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Situated along Hollywood’s Gower Street in the 1930s and 40s—then known as “Poverty Row”—numerous small companies (including Majestic Pictures and Tiffany Productions) churned out the low-budget pictures that filled the bottom slot of double-bills (hence “B movie”) or provided content for the Saturday matinee market. Genre pictures—westerns, horror films, and crime thrillers—were staples, and the films often featured controversial content not available to the larger studios bound by the Motion Picture Association of America’s Production Code.
In this series you’ll see a selection of films recently restored by the UCLA Film & Television Archive that highlight the surprising amount of creative freedom that filmmakers enjoyed under these conditions—plus cartoons from the era just for kicks!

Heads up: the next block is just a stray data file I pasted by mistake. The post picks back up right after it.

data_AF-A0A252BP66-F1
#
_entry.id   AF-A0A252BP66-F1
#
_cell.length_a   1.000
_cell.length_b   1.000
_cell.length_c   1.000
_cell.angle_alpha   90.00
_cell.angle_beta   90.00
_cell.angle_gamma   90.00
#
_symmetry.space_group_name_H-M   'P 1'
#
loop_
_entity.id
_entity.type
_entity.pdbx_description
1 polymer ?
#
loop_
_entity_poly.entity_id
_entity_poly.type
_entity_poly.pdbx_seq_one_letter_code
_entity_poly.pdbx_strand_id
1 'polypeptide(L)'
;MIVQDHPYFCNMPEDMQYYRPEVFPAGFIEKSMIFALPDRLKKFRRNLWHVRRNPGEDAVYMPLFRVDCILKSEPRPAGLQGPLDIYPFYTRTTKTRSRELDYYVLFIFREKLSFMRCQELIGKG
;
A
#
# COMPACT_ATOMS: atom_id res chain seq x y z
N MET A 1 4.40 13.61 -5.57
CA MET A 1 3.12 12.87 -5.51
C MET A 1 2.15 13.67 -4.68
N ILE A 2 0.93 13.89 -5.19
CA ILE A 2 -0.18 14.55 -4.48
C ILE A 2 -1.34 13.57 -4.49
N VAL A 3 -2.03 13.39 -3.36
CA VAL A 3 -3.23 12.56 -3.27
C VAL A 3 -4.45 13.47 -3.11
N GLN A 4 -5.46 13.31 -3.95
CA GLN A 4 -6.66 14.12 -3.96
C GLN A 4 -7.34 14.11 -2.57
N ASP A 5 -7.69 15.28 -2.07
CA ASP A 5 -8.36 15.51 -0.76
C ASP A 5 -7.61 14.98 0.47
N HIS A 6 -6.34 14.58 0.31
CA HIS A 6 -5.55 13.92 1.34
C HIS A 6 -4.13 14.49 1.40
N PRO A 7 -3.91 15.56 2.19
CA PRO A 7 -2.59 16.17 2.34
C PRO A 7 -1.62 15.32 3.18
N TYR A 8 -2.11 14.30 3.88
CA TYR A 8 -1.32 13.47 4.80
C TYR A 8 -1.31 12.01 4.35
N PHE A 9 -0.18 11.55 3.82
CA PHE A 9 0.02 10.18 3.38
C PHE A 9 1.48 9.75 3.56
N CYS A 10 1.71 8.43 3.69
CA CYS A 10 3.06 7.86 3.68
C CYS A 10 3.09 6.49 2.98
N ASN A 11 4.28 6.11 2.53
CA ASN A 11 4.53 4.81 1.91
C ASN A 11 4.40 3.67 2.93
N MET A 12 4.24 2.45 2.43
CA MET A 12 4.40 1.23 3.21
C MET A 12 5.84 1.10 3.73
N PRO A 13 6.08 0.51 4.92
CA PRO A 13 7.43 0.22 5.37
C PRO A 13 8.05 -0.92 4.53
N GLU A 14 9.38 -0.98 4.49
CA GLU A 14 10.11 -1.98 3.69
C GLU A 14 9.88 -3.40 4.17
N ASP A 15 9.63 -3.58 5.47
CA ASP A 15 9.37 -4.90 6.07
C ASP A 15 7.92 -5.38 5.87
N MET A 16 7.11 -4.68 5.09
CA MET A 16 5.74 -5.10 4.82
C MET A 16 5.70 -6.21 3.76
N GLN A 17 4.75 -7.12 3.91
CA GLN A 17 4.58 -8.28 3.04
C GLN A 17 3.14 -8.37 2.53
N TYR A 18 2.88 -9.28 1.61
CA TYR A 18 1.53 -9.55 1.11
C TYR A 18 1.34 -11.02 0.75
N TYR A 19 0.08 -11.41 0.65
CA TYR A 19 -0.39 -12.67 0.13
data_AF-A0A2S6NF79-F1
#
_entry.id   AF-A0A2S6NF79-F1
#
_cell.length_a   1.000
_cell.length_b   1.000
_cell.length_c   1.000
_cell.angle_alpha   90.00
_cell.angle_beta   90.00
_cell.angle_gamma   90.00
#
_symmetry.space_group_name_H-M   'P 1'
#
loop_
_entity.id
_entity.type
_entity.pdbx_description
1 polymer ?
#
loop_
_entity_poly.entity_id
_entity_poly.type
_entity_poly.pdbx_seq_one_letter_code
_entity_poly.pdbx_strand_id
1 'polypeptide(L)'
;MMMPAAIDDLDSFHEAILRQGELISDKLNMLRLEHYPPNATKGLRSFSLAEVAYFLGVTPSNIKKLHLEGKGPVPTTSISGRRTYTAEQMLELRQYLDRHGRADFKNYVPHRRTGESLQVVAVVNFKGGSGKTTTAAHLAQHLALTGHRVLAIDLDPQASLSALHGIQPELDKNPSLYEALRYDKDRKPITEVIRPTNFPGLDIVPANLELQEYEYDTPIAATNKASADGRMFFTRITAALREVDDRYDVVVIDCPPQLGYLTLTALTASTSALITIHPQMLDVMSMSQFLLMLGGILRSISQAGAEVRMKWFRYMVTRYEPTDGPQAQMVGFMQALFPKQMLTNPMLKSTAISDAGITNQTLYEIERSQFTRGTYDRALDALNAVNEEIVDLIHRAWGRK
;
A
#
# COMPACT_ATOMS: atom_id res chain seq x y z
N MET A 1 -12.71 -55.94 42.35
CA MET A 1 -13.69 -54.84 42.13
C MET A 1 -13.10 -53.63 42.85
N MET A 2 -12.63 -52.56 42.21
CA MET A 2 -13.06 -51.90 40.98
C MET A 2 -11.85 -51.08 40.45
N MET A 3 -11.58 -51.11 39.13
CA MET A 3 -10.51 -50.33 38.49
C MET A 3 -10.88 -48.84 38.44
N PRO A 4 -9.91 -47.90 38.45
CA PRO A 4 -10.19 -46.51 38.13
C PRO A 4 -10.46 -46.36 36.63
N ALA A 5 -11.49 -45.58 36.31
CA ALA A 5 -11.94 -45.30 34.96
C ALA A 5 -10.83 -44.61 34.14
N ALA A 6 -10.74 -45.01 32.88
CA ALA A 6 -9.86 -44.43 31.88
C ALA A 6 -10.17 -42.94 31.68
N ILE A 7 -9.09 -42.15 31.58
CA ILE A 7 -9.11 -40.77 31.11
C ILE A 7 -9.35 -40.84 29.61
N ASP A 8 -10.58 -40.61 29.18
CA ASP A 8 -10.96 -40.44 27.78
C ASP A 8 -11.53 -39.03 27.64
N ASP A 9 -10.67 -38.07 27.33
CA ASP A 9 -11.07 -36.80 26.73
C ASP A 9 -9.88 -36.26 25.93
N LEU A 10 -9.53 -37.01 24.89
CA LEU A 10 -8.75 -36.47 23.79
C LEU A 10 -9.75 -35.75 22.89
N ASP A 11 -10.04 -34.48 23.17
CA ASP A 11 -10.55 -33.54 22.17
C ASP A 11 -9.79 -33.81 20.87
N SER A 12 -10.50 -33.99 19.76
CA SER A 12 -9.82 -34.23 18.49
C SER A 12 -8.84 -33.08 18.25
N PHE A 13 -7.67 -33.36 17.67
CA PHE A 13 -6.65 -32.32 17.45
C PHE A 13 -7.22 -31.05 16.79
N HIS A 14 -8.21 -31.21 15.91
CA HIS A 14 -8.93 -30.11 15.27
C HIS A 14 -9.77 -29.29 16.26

Organized by the UCLA Film & Television Archive.
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Rohauer Collection Foundation
SUPPORT FOR THE FILM/VIDEO STUDIO PROGRAM
Institute of Museum and Library Services
National Endowment for the Arts
SUPPORT FOR ARTS ACCESS AT THE WEXNER CENTER
Cardinal Health Foundation
GENERAL OPERATING SUPPORT FOR THE WEXNER CENTER
Greater Columbus Arts Council
Ohio Arts Council
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